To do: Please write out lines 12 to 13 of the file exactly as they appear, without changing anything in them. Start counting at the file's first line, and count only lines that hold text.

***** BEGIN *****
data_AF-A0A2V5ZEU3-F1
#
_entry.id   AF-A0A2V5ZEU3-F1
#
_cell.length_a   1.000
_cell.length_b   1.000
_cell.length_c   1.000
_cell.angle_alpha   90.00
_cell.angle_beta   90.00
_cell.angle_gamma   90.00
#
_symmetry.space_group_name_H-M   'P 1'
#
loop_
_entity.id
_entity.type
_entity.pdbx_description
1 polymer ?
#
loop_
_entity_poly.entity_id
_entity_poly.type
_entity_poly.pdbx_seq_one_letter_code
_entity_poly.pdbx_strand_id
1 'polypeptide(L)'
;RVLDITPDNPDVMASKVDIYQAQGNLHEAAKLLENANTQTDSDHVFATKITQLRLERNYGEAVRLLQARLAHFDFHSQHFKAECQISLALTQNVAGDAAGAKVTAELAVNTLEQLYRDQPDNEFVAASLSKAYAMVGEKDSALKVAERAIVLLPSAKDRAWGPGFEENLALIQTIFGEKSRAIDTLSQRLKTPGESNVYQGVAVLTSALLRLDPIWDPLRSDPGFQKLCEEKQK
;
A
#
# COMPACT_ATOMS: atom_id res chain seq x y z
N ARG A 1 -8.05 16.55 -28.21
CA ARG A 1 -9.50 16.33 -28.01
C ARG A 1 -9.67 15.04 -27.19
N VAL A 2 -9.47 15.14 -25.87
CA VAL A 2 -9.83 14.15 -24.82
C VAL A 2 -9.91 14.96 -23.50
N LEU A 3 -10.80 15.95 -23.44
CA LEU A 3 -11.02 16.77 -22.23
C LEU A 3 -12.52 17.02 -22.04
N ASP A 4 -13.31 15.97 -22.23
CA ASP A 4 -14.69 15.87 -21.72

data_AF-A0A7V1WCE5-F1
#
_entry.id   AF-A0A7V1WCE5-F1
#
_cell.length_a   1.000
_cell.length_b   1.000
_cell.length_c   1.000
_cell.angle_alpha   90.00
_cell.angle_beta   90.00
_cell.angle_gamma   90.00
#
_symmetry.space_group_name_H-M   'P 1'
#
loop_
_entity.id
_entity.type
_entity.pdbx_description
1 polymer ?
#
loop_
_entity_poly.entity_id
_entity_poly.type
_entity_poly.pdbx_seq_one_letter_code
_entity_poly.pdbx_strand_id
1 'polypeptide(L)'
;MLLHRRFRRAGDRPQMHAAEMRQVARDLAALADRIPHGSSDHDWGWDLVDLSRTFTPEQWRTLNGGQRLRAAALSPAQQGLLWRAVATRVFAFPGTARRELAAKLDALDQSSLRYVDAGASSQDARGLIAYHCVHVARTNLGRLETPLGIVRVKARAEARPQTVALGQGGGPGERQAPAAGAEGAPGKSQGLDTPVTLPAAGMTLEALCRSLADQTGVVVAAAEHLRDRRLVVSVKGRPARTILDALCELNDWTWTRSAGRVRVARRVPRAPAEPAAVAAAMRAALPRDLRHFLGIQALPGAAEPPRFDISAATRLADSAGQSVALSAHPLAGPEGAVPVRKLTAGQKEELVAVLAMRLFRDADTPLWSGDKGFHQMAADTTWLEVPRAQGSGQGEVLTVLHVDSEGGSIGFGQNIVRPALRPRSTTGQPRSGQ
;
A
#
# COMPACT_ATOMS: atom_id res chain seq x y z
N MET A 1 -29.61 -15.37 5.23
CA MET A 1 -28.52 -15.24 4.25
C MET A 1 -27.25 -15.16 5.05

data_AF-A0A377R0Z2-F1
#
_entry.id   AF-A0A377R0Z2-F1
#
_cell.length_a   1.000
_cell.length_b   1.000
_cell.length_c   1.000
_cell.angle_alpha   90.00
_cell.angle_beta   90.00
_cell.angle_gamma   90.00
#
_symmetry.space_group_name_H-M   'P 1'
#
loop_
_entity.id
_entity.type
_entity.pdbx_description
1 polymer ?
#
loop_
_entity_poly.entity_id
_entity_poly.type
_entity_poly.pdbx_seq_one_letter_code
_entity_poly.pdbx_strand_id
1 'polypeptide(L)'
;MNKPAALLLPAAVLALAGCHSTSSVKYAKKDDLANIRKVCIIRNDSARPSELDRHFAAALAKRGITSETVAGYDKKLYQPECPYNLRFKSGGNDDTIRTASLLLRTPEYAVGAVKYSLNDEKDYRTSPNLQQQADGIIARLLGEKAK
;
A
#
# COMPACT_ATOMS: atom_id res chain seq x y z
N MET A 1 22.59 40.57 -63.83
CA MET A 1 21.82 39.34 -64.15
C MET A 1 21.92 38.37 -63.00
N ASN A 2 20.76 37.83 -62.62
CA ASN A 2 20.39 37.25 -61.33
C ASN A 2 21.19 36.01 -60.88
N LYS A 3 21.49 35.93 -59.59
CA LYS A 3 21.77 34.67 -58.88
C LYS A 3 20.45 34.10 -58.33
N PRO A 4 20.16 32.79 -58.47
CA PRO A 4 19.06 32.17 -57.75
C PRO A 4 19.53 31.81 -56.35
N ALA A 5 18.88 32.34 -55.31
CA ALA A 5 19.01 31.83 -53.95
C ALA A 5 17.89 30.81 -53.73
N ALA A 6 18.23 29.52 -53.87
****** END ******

_symmetry.space_group_name_H-M   'P 1'
#